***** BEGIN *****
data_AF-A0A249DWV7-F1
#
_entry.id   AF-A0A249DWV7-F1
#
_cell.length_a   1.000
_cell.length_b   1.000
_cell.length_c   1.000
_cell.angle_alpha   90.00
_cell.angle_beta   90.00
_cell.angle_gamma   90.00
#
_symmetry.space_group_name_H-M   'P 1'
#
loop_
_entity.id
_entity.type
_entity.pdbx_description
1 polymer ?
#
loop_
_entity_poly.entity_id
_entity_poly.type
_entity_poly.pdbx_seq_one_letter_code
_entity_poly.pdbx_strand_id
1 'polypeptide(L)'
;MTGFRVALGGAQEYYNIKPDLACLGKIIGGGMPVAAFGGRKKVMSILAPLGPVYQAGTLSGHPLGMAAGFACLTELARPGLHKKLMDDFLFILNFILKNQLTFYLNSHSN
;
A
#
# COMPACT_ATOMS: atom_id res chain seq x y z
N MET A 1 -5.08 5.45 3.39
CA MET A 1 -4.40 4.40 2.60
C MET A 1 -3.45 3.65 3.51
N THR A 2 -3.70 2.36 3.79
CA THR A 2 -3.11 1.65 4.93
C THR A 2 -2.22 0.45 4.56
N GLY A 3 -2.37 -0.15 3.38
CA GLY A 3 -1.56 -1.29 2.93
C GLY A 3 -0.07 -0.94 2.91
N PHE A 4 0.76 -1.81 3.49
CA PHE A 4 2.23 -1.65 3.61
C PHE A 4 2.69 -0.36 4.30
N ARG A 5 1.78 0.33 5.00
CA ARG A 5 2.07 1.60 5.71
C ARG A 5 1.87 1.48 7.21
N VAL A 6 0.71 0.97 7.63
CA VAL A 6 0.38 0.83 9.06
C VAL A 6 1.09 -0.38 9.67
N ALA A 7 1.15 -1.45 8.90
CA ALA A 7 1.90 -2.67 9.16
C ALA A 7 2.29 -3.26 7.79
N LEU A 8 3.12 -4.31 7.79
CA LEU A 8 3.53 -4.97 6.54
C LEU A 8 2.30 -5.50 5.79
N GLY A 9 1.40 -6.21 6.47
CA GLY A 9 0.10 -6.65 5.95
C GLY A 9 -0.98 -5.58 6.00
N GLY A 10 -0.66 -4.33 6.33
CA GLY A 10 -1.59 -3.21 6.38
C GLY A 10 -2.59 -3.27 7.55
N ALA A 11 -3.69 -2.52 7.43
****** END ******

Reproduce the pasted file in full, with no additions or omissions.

data_AF-A0A249DWV7-F1
#
_entry.id   AF-A0A249DWV7-F1
#
_cell.length_a   1.000
_cell.length_b   1.000
_cell.length_c   1.000
_cell.angle_alpha   90.00
_cell.angle_beta   90.00
_cell.angle_gamma   90.00
#
_symmetry.space_group_name_H-M   'P 1'
#
loop_
_entity.id
_entity.type
_entity.pdbx_description
1 polymer ?
#
loop_
_entity_poly.entity_id
_entity_poly.type
_entity_poly.pdbx_seq_one_letter_code
_entity_poly.pdbx_strand_id
1 'polypeptide(L)'
;MTGFRVALGGAQEYYNIKPDLACLGKIIGGGMPVAAFGGRKKVMSILAPLGPVYQAGTLSGHPLGMAAGFACLTELARPGLHKKLMDDFLFILNFILKNQLTFYLNSHSN
;
A
#
# COMPACT_ATOMS: atom_id res chain seq x y z
N MET A 1 -5.08 5.45 3.39
CA MET A 1 -4.40 4.40 2.60
C MET A 1 -3.45 3.65 3.51
N THR A 2 -3.70 2.36 3.79
CA THR A 2 -3.11 1.65 4.93
C THR A 2 -2.22 0.45 4.56
N GLY A 3 -2.37 -0.15 3.38
CA GLY A 3 -1.56 -1.29 2.93
C GLY A 3 -0.07 -0.94 2.91
N PHE A 4 0.76 -1.81 3.49
CA PHE A 4 2.23 -1.65 3.61
C PHE A 4 2.69 -0.36 4.30
N ARG A 5 1.78 0.33 5.00
CA ARG A 5 2.07 1.60 5.71
C ARG A 5 1.87 1.48 7.21
N VAL A 6 0.71 0.97 7.63
CA VAL A 6 0.38 0.83 9.06
C VAL A 6 1.09 -0.38 9.67
N ALA A 7 1.15 -1.45 8.90
CA ALA A 7 1.90 -2.67 9.16
C ALA A 7 2.29 -3.26 7.79
N LEU A 8 3.12 -4.31 7.79
CA LEU A 8 3.53 -4.97 6.54
C LEU A 8 2.30 -5.50 5.79
N GLY A 9 1.40 -6.21 6.47
CA GLY A 9 0.10 -6.65 5.95
C GLY A 9 -0.98 -5.58 6.00
N GLY A 10 -0.66 -4.33 6.33
CA GLY A 10 -1.59 -3.21 6.38
C GLY A 10 -2.59 -3.27 7.55
N ALA A 11 -3.69 -2.52 7.43